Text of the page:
Roasted Chickpeas

I just gotta say…thank god for chickpeas. I always have several cans of them on hand, and they are good for so many things. I can’t tell you how many times I’ve gone “pantry diving” in search of something for dinner, and chickpeas have saved the day, adding just enough sustenance to an otherwise meager salad or soup. And hummus…I mean, don’t even get me started. We live on the stuff. But now I have a new favorite use to add to the mix…roasted chickpeas.
 
roasted-chickpeas-bowl
 
Of course, by “new”, I simply mean new to me. I know roasted chickpeas have been making the blogosphere rounds for quite some time now, but this is the first time I’ve tried making them myself. And I’m totally hooked.
 
chickpeas-strained
 
I know a lot of recipes claim to be “easy”, but REALLY this could not be easier. The only tricky part is making sure the chickpeas are really dry before you toss them with the oil. Drain them in a strainer, and then let them dry even more on a cookie sheet lined with paper towels. Dab at them. Pat them dry. Do whatever it takes to remove any excess moisture before tossing them with olive oil. Otherwise, they will steam and not crisp up like you want them to.
 
chickpeas-olive-oil
 
The first time I made these, they weren’t quite as crispy as I wanted, but then I followed the advice in this Chow Forum to “double roast” them, and that worked great. You just roast them first for 30 minutes, let them cool, and then return them to the oven for a final roast to get nice and extra crispy.
 
chickpeas-roasted
 

Roasted Chickpeas

You’ll need:

  • 1 15-ounce can of chickpeas (garbanzo beans)
  • 1 teaspoon olive oil
  • 1/2 teaspoon, plus 1/4 teaspoon salt

To prepare:

  1. Preheat oven to 400 degrees.
  2. Open the can of chickpeas and pour into a strainer. Rinse thoroughly under cold water to wash off goopy can liquid.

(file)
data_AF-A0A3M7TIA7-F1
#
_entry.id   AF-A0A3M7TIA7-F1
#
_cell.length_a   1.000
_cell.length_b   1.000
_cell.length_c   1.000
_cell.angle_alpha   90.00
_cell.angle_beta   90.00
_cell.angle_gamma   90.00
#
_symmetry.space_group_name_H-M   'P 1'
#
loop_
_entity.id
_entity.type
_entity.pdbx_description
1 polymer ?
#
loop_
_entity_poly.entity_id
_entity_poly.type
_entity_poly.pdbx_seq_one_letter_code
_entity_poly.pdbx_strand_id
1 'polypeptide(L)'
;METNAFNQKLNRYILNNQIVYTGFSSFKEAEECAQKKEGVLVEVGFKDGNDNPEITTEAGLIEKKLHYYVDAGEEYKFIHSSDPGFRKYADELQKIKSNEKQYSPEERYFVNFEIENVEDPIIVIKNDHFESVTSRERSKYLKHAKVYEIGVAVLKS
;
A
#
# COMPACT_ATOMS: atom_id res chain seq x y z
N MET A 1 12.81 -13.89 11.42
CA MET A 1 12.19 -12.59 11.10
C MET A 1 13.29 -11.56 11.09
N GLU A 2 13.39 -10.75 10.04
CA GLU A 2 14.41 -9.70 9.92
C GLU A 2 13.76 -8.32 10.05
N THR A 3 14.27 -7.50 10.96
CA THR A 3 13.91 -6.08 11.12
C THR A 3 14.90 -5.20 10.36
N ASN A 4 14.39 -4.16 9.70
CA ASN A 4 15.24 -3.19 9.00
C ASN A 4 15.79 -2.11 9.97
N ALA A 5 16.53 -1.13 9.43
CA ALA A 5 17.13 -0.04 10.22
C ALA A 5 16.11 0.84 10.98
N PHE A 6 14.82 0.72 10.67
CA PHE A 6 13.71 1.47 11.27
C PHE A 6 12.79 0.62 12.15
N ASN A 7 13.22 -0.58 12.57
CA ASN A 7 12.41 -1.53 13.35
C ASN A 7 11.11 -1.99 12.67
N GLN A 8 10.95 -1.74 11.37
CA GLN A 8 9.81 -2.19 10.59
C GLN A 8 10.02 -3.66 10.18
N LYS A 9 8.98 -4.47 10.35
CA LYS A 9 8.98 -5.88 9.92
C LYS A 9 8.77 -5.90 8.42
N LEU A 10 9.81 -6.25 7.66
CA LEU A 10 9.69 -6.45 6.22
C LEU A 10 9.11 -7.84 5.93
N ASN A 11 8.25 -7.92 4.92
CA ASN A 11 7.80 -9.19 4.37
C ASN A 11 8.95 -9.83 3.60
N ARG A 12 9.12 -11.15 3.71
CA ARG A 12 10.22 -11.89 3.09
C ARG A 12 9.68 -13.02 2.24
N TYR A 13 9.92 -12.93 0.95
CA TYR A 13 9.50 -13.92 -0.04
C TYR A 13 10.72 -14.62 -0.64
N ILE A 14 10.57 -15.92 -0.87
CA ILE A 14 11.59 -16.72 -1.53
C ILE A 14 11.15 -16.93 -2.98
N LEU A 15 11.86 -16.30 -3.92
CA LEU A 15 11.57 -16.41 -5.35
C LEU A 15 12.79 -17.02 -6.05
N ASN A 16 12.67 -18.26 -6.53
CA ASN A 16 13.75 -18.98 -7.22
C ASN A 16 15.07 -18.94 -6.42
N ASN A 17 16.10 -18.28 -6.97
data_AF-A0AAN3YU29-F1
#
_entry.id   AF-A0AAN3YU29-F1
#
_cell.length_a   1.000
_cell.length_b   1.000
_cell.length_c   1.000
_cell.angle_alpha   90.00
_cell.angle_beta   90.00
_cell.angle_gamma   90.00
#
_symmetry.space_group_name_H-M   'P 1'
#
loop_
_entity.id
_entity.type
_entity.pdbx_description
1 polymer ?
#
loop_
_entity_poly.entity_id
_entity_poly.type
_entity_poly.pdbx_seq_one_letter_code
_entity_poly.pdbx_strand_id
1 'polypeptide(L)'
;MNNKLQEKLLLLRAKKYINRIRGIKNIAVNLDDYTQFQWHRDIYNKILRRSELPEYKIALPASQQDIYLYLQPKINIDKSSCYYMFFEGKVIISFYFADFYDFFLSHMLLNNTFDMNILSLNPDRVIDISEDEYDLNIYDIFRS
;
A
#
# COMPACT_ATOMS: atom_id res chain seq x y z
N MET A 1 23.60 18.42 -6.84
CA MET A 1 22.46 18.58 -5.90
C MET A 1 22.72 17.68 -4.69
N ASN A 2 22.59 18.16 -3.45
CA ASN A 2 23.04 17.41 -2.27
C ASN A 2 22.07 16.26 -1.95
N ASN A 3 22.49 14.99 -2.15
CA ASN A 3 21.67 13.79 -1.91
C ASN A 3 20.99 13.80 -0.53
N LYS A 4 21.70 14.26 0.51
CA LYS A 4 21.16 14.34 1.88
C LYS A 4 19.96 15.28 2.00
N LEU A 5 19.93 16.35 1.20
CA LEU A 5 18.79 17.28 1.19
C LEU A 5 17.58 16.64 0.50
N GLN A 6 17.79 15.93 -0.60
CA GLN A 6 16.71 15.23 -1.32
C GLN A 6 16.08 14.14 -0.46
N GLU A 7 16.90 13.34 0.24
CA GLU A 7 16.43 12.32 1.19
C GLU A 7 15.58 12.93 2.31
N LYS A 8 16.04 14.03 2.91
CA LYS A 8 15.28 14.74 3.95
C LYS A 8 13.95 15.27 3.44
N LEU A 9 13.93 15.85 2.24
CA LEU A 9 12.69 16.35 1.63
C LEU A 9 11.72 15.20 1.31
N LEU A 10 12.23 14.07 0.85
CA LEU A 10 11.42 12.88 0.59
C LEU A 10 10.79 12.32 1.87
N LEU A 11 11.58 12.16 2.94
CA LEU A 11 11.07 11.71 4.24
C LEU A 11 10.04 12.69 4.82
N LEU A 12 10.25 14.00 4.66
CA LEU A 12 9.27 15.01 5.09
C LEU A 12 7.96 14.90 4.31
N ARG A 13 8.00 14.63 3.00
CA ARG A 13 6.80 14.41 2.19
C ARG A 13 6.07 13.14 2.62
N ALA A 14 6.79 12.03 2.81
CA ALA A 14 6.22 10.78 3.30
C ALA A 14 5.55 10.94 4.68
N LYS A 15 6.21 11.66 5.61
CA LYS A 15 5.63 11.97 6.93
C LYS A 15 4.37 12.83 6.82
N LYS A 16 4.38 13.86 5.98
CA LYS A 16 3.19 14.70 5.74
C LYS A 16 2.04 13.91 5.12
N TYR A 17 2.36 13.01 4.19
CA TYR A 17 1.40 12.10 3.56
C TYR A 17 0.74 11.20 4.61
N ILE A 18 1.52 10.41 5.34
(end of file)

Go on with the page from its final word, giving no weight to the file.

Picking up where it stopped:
3. Shake off excess water, and pour the chickpeas onto a cookie sheet lined with paper towels. Use additional paper towels to blot the chickpeas, rolling as you go so that all sides get dry.
  4. Pour the dry chickpeas into a small bowl, and toss with olive oil and 1/2 teaspoon of salt.
  5. Wipe any excess liquid off of your cookie sheet; then pour the chickpeas back onto it, spreading out into a single layer.
  6. Roast  for 30 minutes; then remove from the oven, and allow to cool.  (Moving them to a cool plate or tray will help expedite the cooling process).
  7. Then return the chickpeas to the cookie sheet, and cook again for another 15 minutes.
  8. When the chickpeas are nice and crispy, remove from oven and (while still warm) sprinkle with the remaining 1/4 teaspoon salt.

Makes about 1 cup.
 
favorite-pieces
 
I especially love the bits that burst open and get extra crunchy. (I also live for half popped kernels at the bottom of a popcorn bag…who’s with me on this?).
 
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Comments

  1. UM…Yum!! These sounds amazing!

  2. Oh I love chickpeas.. ! I am so making this over the weekend. Do you know how long they keep? And no.. I am not with you on the corn :)

    • Melissa says:

      Fede, unfort they really don’t last more than a day. They are best eaten right away or same day. They are still good for a couple days, but definitely lose their crunch.

      • Then I am making them saturday so I can offer them to a few guests coming over for dinner with a glass of wine. Cooking sardinian food :)

  3. Bonnie Haave says:

    Going to try this one .

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